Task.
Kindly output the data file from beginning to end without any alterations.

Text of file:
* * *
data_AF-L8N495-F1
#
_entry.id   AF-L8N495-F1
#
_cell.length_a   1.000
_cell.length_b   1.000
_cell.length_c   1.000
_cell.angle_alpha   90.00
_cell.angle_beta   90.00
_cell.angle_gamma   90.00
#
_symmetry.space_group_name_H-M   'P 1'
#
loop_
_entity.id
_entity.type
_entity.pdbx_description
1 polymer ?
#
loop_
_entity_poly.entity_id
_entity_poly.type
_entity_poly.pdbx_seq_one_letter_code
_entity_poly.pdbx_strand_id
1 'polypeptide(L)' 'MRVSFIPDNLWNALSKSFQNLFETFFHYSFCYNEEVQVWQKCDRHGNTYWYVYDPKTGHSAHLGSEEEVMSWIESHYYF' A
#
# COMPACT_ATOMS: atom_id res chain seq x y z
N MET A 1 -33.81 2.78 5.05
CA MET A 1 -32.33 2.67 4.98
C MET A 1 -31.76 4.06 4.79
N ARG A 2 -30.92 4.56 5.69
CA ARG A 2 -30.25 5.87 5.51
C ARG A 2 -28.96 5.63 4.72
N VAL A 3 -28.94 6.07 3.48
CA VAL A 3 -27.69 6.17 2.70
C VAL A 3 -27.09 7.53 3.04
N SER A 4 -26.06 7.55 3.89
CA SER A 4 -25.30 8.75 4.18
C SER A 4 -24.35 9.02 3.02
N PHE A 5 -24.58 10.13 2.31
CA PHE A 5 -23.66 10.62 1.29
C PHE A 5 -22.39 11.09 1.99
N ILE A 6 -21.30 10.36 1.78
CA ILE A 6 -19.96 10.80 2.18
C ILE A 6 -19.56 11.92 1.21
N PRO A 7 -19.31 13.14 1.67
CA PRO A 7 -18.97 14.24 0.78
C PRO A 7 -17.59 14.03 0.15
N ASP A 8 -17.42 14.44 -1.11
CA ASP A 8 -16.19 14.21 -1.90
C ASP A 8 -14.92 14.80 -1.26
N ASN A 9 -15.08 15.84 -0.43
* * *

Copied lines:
data_AF-L8N495-F1
#
_entry.id   AF-L8N495-F1
#
_cell.length_a   1.000
_cell.length_b   1.000
_cell.length_c   1.000
_cell.angle_alpha   90.00
_cell.angle_beta   90.00
_cell.angle_gamma   90.00
#
_symmetry.space_group_name_H-M   'P 1'
#
loop_
_entity.id
_entity.type
_entity.pdbx_description
1 polymer ?
#
loop_
_entity_poly.entity_id
_entity_poly.type
_entity_poly.pdbx_seq_one_letter_code
_entity_poly.pdbx_strand_id
1 'polypeptide(L)' 'MRVSFIPDNLWNALSKSFQNLFETFFHYSFCYNEEVQVWQKCDRHGNTYWYVYDPKTGHSAHLGSEEEVMSWIESHYYF' A
#
# COMPACT_ATOMS: atom_id res chain seq x y z
N MET A 1 -33.81 2.78 5.05
CA MET A 1 -32.33 2.67 4.98
C MET A 1 -31.76 4.06 4.79
N ARG A 2 -30.92 4.56 5.69
CA ARG A 2 -30.25 5.87 5.51
C ARG A 2 -28.96 5.63 4.72
N VAL A 3 -28.94 6.07 3.48
CA VAL A 3 -27.69 6.17 2.70
C VAL A 3 -27.09 7.53 3.04
N SER A 4 -26.06 7.55 3.89
CA SER A 4 -25.30 8.75 4.18
C SER A 4 -24.35 9.02 3.02
N PHE A 5 -24.58 10.13 2.31
CA PHE A 5 -23.66 10.62 1.29
C PHE A 5 -22.39 11.09 1.99
N ILE A 6 -21.30 10.36 1.78
CA ILE A 6 -19.96 10.80 2.18
C ILE A 6 -19.56 11.92 1.21
N PRO A 7 -19.31 13.14 1.67
CA PRO A 7 -18.97 14.24 0.78
C PRO A 7 -17.59 14.03 0.15
N ASP A 8 -17.42 14.44 -1.11
CA ASP A 8 -16.19 14.21 -1.90
C ASP A 8 -14.92 14.80 -1.26
N ASN A 9 -15.08 15.84 -0.43